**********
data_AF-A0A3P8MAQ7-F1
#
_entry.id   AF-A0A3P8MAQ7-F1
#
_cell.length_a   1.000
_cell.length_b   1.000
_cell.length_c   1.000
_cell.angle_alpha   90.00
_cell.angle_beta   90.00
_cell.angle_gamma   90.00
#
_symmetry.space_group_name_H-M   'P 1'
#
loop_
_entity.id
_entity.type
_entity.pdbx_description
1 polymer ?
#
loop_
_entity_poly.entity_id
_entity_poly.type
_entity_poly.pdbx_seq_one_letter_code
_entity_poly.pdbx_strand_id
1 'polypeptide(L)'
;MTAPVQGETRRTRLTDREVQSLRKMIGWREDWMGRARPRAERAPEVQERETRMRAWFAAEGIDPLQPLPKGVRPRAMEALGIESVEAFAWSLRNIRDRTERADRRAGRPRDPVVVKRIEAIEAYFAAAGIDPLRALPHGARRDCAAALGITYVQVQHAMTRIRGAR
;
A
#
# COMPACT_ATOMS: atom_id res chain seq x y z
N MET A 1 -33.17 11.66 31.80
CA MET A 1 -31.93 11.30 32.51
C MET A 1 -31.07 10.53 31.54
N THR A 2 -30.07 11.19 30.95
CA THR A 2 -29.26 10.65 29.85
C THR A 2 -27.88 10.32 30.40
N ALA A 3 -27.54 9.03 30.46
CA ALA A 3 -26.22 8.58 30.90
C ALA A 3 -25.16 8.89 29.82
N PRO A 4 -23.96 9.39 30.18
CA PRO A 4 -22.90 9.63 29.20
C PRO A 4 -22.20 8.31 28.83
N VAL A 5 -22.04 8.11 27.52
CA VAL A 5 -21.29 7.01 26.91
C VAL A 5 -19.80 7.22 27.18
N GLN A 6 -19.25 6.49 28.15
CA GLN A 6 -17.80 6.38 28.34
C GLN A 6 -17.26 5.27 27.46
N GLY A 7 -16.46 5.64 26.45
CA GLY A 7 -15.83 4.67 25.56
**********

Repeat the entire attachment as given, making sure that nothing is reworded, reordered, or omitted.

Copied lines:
data_AF-A0A3P8MAQ7-F1
#
_entry.id   AF-A0A3P8MAQ7-F1
#
_cell.length_a   1.000
_cell.length_b   1.000
_cell.length_c   1.000
_cell.angle_alpha   90.00
_cell.angle_beta   90.00
_cell.angle_gamma   90.00
#
_symmetry.space_group_name_H-M   'P 1'
#
loop_
_entity.id
_entity.type
_entity.pdbx_description
1 polymer ?
#
loop_
_entity_poly.entity_id
_entity_poly.type
_entity_poly.pdbx_seq_one_letter_code
_entity_poly.pdbx_strand_id
1 'polypeptide(L)'
;MTAPVQGETRRTRLTDREVQSLRKMIGWREDWMGRARPRAERAPEVQERETRMRAWFAAEGIDPLQPLPKGVRPRAMEALGIESVEAFAWSLRNIRDRTERADRRAGRPRDPVVVKRIEAIEAYFAAAGIDPLRALPHGARRDCAAALGITYVQVQHAMTRIRGAR
;
A
#
# COMPACT_ATOMS: atom_id res chain seq x y z
N MET A 1 -33.17 11.66 31.80
CA MET A 1 -31.93 11.30 32.51
C MET A 1 -31.07 10.53 31.54
N THR A 2 -30.07 11.19 30.95
CA THR A 2 -29.26 10.65 29.85
C THR A 2 -27.88 10.32 30.40
N ALA A 3 -27.54 9.03 30.46
CA ALA A 3 -26.22 8.58 30.90
C ALA A 3 -25.16 8.89 29.82
N PRO A 4 -23.96 9.39 30.18
CA PRO A 4 -22.90 9.63 29.20
C PRO A 4 -22.20 8.31 28.83
N VAL A 5 -22.04 8.11 27.52
CA VAL A 5 -21.29 7.01 26.91
C VAL A 5 -19.80 7.22 27.18
N GLN A 6 -19.25 6.49 28.15
CA GLN A 6 -17.80 6.38 28.34
C GLN A 6 -17.26 5.27 27.46
N GLY A 7 -16.46 5.64 26.45
CA GLY A 7 -15.83 4.67 25.56